Monday, 25 January 2016

Orange day

FSNT would like to commemorate the orange day!

The orange day is part of a campaign started by UNiTE to put focus on Gender based violence and to ensure that violence against women is at the top of national and global agendas. The Orange day is a day to raise awareness and prevent violence against women and girls, using the color orange to symbolize a brighter future without violence.

According to UNwomen a staggering one in three women have experienced physical or sexual violence in their lifetime. Violence can negatively affect women’s physical, mental, sexual and reproductive health, and may increase vulnerability to HIV.
In September 2015, a new global agenda was created; the Sustainable Development Goals, which takes over from the MDGs. The SDG is a set of 17 global goals that applies to all countries and will guide policy and action. These goals makes gender equality and women’s empowerment a key priority and includes specific targets to end violence against women and girls.

SDG 5 is to “Achieve gender equality and empower all women and girls"
Some of the targets includes 
  •  End all forms of discrimination against all women and girls everywhere.
  •  Eliminate all forms of violence against all women and girls in the public and private spheres, including trafficking and sexual and other types of exploitation
  • Ensure women’s full and effective participation and equal opportunities for leadership at all levels of decisionmaking in political, economic and public life
  •  Adopt and strengthen sound policies and enforceable legislation for the promotion of gender equality and the empowerment of all women and girls at all levels

-    The SDGs correlates with the work of Female Student network Trust.
We work to empower female students through capacity building and leadership trainings. We think that female students have the same capabilities as their male counterparts. We want to see more females as leaders of student unions and SRCs.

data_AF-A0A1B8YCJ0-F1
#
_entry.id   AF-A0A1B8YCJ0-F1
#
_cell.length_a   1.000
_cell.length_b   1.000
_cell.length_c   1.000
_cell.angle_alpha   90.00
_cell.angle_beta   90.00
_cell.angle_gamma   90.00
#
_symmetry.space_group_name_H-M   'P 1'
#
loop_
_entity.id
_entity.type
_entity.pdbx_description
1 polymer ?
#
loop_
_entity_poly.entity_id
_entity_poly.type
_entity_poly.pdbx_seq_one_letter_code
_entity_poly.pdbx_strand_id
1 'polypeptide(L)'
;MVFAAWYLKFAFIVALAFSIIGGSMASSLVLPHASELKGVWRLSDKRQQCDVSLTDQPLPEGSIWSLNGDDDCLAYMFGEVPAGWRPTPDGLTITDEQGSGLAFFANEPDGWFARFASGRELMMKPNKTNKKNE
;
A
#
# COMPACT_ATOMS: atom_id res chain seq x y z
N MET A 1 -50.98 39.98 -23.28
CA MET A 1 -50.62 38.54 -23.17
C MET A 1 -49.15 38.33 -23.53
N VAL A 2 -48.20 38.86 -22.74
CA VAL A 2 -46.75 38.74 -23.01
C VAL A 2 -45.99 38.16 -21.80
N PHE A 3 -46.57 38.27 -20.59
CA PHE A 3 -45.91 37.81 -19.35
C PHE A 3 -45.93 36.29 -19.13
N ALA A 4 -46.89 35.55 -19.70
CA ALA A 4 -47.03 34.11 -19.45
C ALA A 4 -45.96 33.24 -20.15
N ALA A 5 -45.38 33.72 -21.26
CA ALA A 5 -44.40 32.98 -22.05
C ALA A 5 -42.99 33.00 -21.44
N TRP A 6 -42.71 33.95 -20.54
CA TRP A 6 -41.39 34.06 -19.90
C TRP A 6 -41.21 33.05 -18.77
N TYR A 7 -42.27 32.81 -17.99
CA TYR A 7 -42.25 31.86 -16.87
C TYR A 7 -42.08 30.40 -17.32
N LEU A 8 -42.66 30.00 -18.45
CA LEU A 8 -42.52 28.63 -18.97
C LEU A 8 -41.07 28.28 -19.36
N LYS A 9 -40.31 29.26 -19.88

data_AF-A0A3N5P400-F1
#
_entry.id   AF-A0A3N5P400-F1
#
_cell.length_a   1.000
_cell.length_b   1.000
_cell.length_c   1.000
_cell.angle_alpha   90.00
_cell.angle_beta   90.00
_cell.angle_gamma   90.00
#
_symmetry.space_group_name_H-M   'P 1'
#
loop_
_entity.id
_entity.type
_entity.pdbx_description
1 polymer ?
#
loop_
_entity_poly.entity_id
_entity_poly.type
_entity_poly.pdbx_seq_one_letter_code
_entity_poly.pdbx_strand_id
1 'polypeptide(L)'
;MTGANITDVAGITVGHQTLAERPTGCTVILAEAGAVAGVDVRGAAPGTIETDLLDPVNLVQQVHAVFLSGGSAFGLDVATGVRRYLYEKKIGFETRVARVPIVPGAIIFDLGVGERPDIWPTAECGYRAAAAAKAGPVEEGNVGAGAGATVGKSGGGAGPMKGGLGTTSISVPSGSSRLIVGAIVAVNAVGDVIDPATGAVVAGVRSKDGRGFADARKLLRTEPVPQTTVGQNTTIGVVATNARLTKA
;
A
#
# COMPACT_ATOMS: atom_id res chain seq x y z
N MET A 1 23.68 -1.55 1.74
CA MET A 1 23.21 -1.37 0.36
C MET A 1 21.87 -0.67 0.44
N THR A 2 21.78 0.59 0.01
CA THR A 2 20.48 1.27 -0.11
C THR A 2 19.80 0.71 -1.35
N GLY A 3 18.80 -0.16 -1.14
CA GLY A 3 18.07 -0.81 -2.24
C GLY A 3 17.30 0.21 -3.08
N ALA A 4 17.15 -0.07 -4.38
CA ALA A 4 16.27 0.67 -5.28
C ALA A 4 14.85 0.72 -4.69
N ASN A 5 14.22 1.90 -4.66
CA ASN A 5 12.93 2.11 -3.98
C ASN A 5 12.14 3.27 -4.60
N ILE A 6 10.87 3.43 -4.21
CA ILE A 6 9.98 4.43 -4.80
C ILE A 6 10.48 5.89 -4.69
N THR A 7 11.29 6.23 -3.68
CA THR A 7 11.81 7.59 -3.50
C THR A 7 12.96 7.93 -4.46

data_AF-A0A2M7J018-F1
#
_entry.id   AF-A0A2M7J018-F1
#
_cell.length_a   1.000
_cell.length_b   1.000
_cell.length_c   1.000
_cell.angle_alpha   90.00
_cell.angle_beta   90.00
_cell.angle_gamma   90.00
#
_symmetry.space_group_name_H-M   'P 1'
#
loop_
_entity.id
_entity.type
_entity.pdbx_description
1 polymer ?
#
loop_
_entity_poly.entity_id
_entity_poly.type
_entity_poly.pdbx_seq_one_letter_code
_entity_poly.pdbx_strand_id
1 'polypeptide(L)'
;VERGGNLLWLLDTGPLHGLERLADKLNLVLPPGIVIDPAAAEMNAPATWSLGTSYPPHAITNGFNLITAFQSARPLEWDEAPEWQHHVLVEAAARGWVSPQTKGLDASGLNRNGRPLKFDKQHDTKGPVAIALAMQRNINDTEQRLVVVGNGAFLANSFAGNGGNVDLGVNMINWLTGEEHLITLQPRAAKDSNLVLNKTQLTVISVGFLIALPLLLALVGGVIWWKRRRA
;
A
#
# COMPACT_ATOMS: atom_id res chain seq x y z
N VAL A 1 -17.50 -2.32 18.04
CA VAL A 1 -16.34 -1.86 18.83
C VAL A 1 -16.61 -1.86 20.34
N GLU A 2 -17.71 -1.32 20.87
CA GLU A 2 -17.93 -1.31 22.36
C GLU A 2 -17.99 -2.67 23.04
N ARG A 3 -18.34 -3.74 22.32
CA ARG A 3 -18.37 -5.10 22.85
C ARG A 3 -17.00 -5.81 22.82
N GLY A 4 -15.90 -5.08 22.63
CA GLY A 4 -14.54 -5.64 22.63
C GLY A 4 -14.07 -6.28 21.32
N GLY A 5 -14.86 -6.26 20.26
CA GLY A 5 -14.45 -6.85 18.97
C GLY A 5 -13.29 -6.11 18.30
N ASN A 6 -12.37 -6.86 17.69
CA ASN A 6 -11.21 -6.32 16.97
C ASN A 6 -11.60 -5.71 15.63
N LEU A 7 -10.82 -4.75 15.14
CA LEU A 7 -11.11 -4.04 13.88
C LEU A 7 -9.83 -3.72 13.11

We also work for the implementation of Sexual Harassement policies at TEI’s. 
In 2015 we conducted a national baseline survey on Sexual Harrasement in Zimbabwes tertiary institutions. The research was done in 21 institutions across the country. Only 4 out of 21 institutions had sexual harassment policies in place!

The findings reveal that SH is very rampant in TEIs. Many female studenst reportet to have encountered Sexual Harassment in different forms, like unwanted and uninvited physical contact (touching, patting, hugging), inappropriate remarks, wolf whistling and offers of favors, unwanted unprotected sex and even rape. The perpetrators are mostly male students, male lecturers and non-academic staff at campus.

Findings suggest that many female students fail to live their college lives fully, making life style adjustments because of fear of SH in their living and learning environments. Many avoids participation in SRC and other institutions because of fear of being victimized and harassed by fellow students. 

Absence of SH policies means there are limited gender sensitive formal frameworks for use in interventions aimed at creating a violence and harassment-free learning environment for male and in particular female students. Having a SH policy will make it easier for students to report issues relating to SH and will contribute to creating a safe learning environment for students. 

Men and boys also have a responsibility and a role to play as agents of social and cultural change, and in speaking out against violence against women and girls. FSNT encourages male (and female) students to be supporting towards your fellow female students in order to create equal opportunities for participation for leadership positions and decitionmaking processes. 

In 2016 FSNT is committed to continue our work for the empowerment of female students and to work towards all institutions implementing a sexual harassment policy!


#Orangeday #VAW #orangetheworld #female students #16days #endVAW #GBV

No comments:

Post a Comment